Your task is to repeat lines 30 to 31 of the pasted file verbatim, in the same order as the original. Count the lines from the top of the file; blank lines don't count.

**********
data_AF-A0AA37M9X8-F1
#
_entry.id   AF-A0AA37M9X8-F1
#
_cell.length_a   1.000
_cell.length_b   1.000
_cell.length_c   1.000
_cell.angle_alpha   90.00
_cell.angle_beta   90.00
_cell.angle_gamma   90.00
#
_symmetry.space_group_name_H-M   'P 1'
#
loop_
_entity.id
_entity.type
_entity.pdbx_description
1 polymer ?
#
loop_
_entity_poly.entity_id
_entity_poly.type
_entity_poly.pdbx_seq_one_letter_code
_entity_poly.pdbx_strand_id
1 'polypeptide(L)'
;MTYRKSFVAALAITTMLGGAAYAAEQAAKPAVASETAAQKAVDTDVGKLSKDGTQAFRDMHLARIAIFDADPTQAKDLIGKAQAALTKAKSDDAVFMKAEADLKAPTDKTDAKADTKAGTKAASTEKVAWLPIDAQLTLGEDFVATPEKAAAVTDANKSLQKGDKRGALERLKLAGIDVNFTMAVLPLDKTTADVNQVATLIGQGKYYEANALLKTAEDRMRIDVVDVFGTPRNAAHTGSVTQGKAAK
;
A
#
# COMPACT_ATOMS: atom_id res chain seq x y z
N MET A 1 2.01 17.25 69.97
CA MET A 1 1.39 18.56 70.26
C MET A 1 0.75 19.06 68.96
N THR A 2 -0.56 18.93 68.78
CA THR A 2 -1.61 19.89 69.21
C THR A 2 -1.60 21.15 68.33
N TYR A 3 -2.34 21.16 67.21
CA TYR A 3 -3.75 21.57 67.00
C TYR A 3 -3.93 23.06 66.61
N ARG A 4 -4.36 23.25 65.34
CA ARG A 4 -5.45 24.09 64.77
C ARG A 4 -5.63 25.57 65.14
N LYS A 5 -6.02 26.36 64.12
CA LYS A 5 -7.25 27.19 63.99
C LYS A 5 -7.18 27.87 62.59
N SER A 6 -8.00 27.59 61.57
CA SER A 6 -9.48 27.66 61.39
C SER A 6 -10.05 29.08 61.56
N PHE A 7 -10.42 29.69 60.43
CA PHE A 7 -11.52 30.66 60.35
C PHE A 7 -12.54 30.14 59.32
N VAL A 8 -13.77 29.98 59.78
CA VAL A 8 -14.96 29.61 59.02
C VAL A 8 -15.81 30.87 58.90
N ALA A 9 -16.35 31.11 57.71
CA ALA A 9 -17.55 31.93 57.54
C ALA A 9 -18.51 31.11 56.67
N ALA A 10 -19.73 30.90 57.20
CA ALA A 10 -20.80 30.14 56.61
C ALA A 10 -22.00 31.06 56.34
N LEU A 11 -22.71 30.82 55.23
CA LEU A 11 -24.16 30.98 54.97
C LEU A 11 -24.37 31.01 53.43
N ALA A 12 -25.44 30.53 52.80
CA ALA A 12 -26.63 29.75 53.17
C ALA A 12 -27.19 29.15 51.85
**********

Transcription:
# COMPACT_ATOMS: atom_id res chain seq x y z
N MET A 1 2.01 17.25 69.97